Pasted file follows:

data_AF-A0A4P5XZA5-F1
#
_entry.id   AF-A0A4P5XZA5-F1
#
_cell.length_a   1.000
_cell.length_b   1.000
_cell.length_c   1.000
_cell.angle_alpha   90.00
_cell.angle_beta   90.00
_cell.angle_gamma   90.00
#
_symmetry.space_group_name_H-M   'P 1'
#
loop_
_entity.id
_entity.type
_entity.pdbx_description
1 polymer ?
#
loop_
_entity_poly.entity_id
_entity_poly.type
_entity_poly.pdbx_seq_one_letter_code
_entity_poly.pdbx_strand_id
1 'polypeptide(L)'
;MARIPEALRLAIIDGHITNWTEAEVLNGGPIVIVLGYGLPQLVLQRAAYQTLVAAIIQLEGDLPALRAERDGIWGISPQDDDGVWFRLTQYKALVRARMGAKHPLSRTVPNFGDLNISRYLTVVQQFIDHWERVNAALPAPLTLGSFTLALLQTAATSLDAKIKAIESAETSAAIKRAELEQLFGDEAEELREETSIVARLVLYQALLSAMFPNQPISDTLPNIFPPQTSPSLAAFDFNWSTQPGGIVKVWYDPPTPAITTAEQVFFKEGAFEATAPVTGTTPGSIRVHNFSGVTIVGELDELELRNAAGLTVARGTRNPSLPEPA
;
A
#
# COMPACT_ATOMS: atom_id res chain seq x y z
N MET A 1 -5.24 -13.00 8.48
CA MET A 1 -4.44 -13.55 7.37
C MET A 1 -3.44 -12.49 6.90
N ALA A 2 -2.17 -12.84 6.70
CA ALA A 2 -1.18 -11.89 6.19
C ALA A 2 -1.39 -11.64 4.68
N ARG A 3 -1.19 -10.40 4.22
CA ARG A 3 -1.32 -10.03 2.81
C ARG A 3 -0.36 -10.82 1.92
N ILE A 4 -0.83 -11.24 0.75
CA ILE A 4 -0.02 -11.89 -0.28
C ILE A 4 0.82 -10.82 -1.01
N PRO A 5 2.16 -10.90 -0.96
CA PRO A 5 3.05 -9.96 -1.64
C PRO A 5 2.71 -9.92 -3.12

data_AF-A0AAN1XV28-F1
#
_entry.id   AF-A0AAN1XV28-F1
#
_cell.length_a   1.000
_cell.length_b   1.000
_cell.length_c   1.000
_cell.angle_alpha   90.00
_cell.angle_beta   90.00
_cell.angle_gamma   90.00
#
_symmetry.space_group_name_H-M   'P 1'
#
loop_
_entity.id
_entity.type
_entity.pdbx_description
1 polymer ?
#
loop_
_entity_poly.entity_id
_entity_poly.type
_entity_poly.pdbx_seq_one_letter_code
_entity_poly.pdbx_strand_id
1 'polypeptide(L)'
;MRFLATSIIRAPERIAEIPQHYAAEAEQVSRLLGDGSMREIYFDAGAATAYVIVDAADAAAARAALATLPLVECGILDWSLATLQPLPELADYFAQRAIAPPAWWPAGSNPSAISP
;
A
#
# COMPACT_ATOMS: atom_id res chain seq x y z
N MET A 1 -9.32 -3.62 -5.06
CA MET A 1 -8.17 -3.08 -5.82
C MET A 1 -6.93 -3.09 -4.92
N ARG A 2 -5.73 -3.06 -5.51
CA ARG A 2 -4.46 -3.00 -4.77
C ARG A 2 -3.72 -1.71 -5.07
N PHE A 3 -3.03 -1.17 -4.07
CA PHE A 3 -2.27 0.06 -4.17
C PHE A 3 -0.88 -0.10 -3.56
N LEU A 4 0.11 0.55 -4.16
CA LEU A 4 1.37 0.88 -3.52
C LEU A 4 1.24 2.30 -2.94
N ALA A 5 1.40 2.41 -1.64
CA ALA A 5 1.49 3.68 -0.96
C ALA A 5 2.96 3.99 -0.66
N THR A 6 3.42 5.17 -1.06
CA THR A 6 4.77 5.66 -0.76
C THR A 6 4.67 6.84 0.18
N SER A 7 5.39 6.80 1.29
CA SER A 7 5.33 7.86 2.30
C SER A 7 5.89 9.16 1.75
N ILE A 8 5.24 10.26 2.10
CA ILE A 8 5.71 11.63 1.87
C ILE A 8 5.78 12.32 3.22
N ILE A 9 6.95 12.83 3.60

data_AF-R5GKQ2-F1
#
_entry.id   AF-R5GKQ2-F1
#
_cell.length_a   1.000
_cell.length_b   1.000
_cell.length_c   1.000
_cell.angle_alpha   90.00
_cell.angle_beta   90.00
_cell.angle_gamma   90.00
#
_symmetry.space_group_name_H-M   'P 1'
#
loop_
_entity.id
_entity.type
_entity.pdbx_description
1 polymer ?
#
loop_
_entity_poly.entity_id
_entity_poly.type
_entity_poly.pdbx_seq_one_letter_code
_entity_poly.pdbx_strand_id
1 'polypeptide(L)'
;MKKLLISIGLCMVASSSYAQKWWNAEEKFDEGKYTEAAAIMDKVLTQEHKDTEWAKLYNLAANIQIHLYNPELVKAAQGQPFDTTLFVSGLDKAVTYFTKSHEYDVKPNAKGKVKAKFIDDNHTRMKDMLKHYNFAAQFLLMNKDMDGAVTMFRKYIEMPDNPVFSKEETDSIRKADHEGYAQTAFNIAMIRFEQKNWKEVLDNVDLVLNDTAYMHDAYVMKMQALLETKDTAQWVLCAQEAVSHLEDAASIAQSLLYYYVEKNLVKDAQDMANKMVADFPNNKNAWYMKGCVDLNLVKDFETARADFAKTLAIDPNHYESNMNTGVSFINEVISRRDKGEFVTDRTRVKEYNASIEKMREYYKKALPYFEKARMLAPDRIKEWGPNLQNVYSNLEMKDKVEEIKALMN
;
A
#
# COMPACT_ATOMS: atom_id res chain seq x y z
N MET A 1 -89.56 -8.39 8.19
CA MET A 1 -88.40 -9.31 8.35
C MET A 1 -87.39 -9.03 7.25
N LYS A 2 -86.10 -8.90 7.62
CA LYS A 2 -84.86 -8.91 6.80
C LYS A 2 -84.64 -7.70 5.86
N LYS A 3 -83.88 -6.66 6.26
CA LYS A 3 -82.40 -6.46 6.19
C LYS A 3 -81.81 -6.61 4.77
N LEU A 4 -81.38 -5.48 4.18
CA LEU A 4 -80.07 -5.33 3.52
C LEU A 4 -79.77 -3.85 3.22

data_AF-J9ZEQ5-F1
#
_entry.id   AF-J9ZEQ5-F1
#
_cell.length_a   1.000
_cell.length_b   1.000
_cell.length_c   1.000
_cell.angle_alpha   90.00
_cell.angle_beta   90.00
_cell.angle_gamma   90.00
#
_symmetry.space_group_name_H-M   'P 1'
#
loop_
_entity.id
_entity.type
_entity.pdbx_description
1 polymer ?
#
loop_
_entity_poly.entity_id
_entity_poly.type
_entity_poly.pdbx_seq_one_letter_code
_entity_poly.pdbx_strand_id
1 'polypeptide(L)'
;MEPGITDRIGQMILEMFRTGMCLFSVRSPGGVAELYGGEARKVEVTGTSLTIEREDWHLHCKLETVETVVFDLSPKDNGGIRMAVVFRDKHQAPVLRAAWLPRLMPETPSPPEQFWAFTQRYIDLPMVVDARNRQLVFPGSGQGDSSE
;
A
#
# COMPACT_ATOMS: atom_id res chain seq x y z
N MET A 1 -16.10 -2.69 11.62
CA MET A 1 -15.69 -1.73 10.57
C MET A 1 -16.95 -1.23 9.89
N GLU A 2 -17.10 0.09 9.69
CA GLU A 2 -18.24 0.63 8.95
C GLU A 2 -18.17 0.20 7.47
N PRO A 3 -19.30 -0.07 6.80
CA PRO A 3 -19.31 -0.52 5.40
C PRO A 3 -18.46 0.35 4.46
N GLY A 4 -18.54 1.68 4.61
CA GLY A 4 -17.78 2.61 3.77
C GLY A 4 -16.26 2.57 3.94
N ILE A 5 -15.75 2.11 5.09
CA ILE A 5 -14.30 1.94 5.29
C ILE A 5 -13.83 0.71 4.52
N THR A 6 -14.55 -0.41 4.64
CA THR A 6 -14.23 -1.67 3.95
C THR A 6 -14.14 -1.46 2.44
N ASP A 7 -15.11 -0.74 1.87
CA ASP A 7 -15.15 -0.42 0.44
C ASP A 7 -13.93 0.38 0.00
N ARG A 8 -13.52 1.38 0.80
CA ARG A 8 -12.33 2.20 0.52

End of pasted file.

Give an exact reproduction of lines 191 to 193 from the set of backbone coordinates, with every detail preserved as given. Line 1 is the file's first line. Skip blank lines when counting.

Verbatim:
N ASP A 7 -15.11 -0.74 1.87
CA ASP A 7 -15.15 -0.42 0.44
C ASP A 7 -13.93 0.38 0.00